Report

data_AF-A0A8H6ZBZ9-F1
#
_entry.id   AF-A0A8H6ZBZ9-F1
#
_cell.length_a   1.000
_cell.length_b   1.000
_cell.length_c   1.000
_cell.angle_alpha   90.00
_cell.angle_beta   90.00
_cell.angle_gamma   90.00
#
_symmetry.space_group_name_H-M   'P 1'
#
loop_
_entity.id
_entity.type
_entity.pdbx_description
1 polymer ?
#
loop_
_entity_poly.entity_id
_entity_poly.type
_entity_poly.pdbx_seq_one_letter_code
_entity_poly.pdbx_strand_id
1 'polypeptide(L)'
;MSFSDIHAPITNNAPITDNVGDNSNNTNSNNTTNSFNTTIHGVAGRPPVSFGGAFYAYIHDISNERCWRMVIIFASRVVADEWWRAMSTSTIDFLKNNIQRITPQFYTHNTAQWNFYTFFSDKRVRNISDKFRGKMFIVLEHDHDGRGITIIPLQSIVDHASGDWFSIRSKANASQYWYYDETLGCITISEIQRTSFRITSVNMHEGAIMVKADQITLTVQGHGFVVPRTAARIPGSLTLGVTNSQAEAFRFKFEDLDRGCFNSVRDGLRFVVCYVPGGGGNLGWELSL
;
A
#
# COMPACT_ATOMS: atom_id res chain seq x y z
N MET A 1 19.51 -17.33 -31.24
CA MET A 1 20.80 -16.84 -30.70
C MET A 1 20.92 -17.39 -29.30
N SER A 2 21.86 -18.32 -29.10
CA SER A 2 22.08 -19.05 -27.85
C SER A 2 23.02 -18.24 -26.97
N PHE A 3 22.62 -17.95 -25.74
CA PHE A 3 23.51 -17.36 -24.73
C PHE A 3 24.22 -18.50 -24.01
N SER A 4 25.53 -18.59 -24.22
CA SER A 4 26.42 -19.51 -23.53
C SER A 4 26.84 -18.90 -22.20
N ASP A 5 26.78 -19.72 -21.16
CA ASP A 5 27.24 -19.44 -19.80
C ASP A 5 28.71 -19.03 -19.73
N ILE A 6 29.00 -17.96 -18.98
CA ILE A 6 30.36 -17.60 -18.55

Weyl gravity as general relativity Conformal gauge theories of gravity Midwest Relativity Meeting 2013 James T Wheeler Work done in collaboration with Juan Trujillo and Jeff Hazboun Auxiliary conformal gauge theory: arXiv:1310.0526 (Weyl gravity) Biconformal gauge theory: arXiv:1305.6972 jim.wheeler@usu.edu Utah State University Logan, UT 84318 Weyl gravity as general relativity: Connection variation in conformal gravity There are several different gauge theories of gravity with solutions conformal to metrics satisfying the Einstein equation. {e2f g0ab | all f } where g0ab satisfies the vacuum Einstein equation. As long as the conformal transformations are integrable, we may interpret such conformal classes of metrics as different choices of local units. Some of these theories, e.g., Weyl gravity, have received considerable debate over the last decade. Our main result: Conformal gravity, with all connection fields varied, reduces to scale-invariant general relativity The quotient method General methods exist for constructing gauge theories of specified local symmetry and spatial, spacetime or other manifold. The quotient method (Cartan, Kobayashi and Nomizu, Ne’eman and Regge) begins with a Lie group G and a Lie subgroup H of G. The quotient M = H / G is a manifold. The cosets lead to a principal fiber bundle with Cartan connection. Suitably generalizing the Cartan connection curves the manifold. The result is a curved manifold M with local symmetry given by the subgroup H . Gauge theories of (scale invariant) general relativity Group, G Subgroup, H (local symmetry) Simplest Base Manifold M = G/H Poincare Lorentz SO(n-1,1) Rn Inhomogeneous Weyl Homogeneous Weyl SO(n-1,1) x R+ Rn Conformal Inhomogeneous Weyl Rn Conformal Homogeneous Weyl SO(n-1,1) x R+ R2n also, deSitter anti-deSitter Any of these may lead to general relativity (see, for starters, Ivanov and Niederle) I will discuss the first conformal theory; Jeff Hazboun will give results from the second Auxiliary conformal gauging (Weyl gravity) There is one gauge vector (as 1-forms) for each generator of the conformal group: ea = wab = W = fa = ema dxm solder form wabmdxm spin connection Wmdxm Weyl vector (as a 1-form) famdxm gauge field of special conformal transformation There is a component of the SO(4,2) curvature 2-forms for each generator: Rab = Rabmn dxm ^ dxn Ta = Tamn dxm ^ dxn W = Wmn dxm ^ dxn Sa = Samn dxm ^ dxn Lorentz curvature Torsion Dilatational curvature Special conformal curvature Action and variation We take the Bach form of the action: S = aRabcdRabcd + bWabWab Two variations are possible: 1. Constrain the Weyl vector, special conformal field, and the connection Gmab = ½ gmn(gna,b + gnb,a gab,n) fab = ebm fam = 1/2 ( Rab – 1/6 R hab) Wa = 0 and vary the metric only. 2. Vary all connection forms with no constaints. These give different results. 1. Constrained Metric Variation The constraints, substituted into the action, give the Weyl form S = aCambnCambn where Cambn is the Weyl conformal curvature of a Riemannian geometry. Variation of the metric, using the Gauss-Bonnet form of the Euler character to eliminate the Riemann-squared term from the action, leads to the Bach equation (Bach, 1921): DaDbCambn - ½ RabCambn = 0 Bach goes on to find the static, spherically symmetric solutions, rederived nearly 7 decades later and used to justify the anomalous galactic rotation curves (see Mannheim, 2006). 2. Unconstrained variation of the full connection Varying all 15 gauge vectors gives additional equations. It is well-known (Kaku, Townsend van Nieuwenhuizen, 1978; Crispim-Romao, 1978) that the variation of the special conformal field leads to its elimination as an auxiliary field, fab = ebm fam = -1/2 ( Rab – 1/6 R hab) Rab We note that Rab = 0 iff Rab = 0. This is the same condition that leads to Rabmn Cabmn, giving the Weyl action. The same field equation, together with a Bianchi identity, shows that the dilatational curvature vanishes, giving a trivial Weyl geometry: • There is a conformal gauge where the Weyl vector vanishes, so the spacetime is appears to be Riemannian There are two remaining equations which together imply the Bach equation. 2. Unconstrained variation: additional field equations With Wab = 0, the two remaining equations are: RabCambn = 0 DaCambn = 0 The first of these expresses the vanishing of all energy-momentum tensors for the curvatures (Trujillo and JTW, in preparation) The second requires some care. The first step is to choose the Riemann gauge, in which the Weyl vector vanishes and the geometry appears Riemannian. This is possible because Wab = 0. The second step is to use the second Bianchi to show that DaCambn = 0 if and only if Ra[b;c] = 0 2. Unconstrained variation: a new basis The integrability condition for a spacetime to be conformal to a Ricci-flat spacetime was first derived by Brinkmann (Brinkmann, 1924). It is the existence of f such that Ra[b;c] + f;dCdabc= 0 which is clearly different from the final field equation, Ra[b;c] = 0. However, if we change the orthonormal basis while staying in the Riemannian gauge: ea = e c ea while imposing the same structure equations for the connection and curvature, the equation takes the form Ra[b;c] + c;dCdabc= 0 This is the integrability condition. We conclude that the new basis is conformal to a Ricci-flat basis, and therefore, the original basis is too. 2. Unconstrained variation: special cases There is an important subtlety. We know that the original basis is conformal to a Ricci flat one, so in that basis we must have the integrability condition Ra[b;c] + z;dCdabc= 0 for some function z. However, in this basis we also know that Ra[b;c] = 0 so we must also have z;dCdabc = 0 This is only possible for nonvanishing z;d if the spacetime is Petrov type O or N. Generically, z;d = 0, and z is constant. This means that except for Petrov O or N spacetimes, the Ricci tensor and the Weyl vector vanish in the same (original) gauge. 2. Unconstrained variation: counterexample? From the field equation in the form Ra[b;c] = 0 there seems to be an easy counterexample: Einstein spaces, for which Rab + Lgab = 0 clearly solve the equation. It is important to understand that solutions to conformal gravity theories are metric equivalence classes, {e2f gab | all f }. Metrics conformal to the metrics of Einstein spaces are easily shown to satisfy Ra[b;c] + c;dCdabc + 2Lha[bc;c] = 0 Instead of the conformal equivalent to the actual field equation, Ra[b;c] + c;dCdabc= 0 so while Einstein spaces satisfy the field equation in one gauge, the only conformal class of Einstein spaces giving solutions are those with vanishing cosmological constant, L = 0. 2. Unconstrained variation: generality Now return to a general gauge, where we may write Rab for the trivial Weyl geometry as Rab = R 0ab - W(a;b) - WaWb + ½ W2 hab Except for Petrov O or N spacetimes, Rab = 0 This is a conformally invariant statement that there exists a gauge in which the spacetime satisfies the vacuum Einstein equation. Type O and N spacetimes are conformal to Ricci-flat spacetimes, but the Weyl vector may not vanish in the Ricci-flat gauge. Conclusions and conjectures While the fourth-order treatment of Weyl gravity has solutions which are not conformally Einstein, full variation leads to scale-invariant general relativity. The full connection variation is bound to be the quantum solution, since fluctuations then make the metric and connection independent. This is supported by recent tree-level quantum calculations (Maldacena, 2013). We do not yet know how to add matter to this formulation. While general relativity is ghost-free, it is expected that Weyl gravity is renormalizable. Optimally, there is a formulation which has both advantages.